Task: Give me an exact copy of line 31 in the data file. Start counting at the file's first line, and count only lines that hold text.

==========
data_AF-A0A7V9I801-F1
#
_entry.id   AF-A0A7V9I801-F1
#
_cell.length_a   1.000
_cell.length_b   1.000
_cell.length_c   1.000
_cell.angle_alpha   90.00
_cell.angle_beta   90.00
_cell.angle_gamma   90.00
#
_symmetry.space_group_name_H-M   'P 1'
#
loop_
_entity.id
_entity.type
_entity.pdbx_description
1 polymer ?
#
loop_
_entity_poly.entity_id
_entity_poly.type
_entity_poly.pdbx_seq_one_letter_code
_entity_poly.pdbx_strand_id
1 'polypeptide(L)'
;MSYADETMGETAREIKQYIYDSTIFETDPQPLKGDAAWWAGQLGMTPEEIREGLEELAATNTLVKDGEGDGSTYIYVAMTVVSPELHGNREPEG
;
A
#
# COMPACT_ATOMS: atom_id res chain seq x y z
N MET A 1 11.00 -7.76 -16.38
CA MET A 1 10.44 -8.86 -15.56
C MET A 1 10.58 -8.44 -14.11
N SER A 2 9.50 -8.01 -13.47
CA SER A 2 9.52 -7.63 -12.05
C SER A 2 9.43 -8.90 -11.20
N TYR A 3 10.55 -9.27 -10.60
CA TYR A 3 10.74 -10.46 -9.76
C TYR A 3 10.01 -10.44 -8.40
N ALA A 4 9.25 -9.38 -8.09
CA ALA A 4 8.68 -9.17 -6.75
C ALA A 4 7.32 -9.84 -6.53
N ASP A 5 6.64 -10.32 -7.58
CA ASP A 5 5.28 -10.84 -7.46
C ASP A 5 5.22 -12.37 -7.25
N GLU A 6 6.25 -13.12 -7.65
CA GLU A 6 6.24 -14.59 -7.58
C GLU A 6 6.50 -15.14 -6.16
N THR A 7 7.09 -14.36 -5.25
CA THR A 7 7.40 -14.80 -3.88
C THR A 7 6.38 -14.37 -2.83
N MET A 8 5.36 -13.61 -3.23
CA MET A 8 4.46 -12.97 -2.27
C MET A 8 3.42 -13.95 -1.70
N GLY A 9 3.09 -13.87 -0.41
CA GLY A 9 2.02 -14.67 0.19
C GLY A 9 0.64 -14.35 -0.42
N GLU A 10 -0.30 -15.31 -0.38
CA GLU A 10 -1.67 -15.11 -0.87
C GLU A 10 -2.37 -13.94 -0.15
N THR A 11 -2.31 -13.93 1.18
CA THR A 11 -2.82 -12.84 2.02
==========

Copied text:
N MET A 1 11.00 -7.76 -16.38